May 27 2019 08:32 AM

Sponsored content created and provided by John Gerbitz, PAS, DeLaval Dairy Advisory Specialist and Kristy Campbell, DeLaval Milk Quality & Milking Performance Advisory Team Manager

Today’s milking technology provides numerous data points for dairies to use in their day-to-day routines and management decisions. With software and tools to monitor and track every step your cow takes and every pound she produces, it can be difficult to know which data points to look at and what they mean specifically for milk quality.

Using the below measurables, paired with time-honored tools of good cow sense and somatic cell count (SCC), you can make timely and effective management decisions.

  • Conductivity. The electrical conductivity of milk can detect subclinical mastitis. Cells in the udder release sodium and chloride ions as a response to inflammation, making conductivity an accurate indicator of inflammation in the udder. While “good” conductivity levels are relative to the individual cow, a measurement above 8 mS/cm (millisiemens/centimeter) indicates high relative conductivity. Your milk meter and herd management software can work together by generating an alarm when an individual cow reaches its relative conductivity threshold.

  • The graph illustrates how LDH correlates with SCC.

    Lactate dehydrogenase. LDH levels are also an indication of subclinical mastitis. They exist in large amounts inside the cells of different mammary tissues, but milk levels are generally low. When udder tissue is damaged and cells are destroyed due to a mastitis infection, LDH is released into the milk. Tissue damage in other parts of the body also releases LDH into the blood stream, but this usually does not affect the LDH level in milk. DeLaval Herd Navigator makes it easy to measure LDH on-farm.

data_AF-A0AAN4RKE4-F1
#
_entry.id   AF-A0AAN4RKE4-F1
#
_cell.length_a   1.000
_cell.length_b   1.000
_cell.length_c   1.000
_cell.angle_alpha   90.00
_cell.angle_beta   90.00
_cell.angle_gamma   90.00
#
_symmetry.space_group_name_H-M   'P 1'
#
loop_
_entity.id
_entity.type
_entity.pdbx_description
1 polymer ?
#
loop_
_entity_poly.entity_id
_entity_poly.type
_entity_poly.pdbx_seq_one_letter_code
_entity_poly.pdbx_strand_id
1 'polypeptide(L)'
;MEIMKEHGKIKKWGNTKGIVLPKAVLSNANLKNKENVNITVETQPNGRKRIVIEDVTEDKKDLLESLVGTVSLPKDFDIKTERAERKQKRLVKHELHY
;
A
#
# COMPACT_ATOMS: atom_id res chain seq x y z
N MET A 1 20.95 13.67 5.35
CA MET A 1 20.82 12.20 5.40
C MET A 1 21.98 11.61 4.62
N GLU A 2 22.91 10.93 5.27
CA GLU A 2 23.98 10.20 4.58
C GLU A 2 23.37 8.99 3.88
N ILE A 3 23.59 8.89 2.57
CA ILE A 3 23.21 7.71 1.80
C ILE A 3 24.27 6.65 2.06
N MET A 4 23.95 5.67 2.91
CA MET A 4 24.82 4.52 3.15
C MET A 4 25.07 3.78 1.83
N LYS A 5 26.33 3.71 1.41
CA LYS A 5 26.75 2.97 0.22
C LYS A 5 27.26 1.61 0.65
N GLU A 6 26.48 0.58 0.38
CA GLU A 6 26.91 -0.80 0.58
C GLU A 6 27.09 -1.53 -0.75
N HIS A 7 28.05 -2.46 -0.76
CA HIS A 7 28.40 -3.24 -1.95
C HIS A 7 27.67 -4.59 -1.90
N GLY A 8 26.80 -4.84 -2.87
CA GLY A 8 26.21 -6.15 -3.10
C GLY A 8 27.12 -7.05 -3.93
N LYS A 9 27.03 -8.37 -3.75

• Milk Flow Data. Group milk-flow data from your farm management software can indicate whether the cows are being prepped appropriately and if the milking system is operating correctly. The top 3x parlor herds in the US are averaging 11.6 lbs/min during peak flow, while the lower-performing herds average 7.6 lbs/min. Peak flow rates are one indication of udder prep; the higher the peak flow, typically, the better udder prep. A longer milking duration with a higher flow during the latter part of milking can be an indication of inadequate stimulation time or prep-lag time. If cows are not being prepped properly, the milkers are not only likely to miss signs of clinical mastitis but also failing to remove bacteria from teat skin and teat ends.

  • Liner Slips and Unit Kickoffs. When a liner slips or a cow kicks off the milking unit, bacteria from the environment can enter the milking system increasing the risk of high bacteria counts and/or new mastitis infections. There are many factors that can influence the number of liner slips and unit kickoffs, including but not limited to: inappropriate teat end vacuum level for the liner chosen; inappropriately matched liners to teat size; extending liner usage beyond manufacturer’s recommendations; teats not dried completely prior to unit attachment; and poor unit alignment and take-off settings. A farm can benchmark its performance against outcomes and changes that are made in the parlor (such as a liner switch). Monitoring these parameters over time while looking for trends or anomalies will provide the most value.

Dr. Brandon Treichler and Dr. David Reid. Review of parlor summaries from 3x herds in the United States. National Mastitis Council Annual General Meeting proceedings (2013), pp 85-94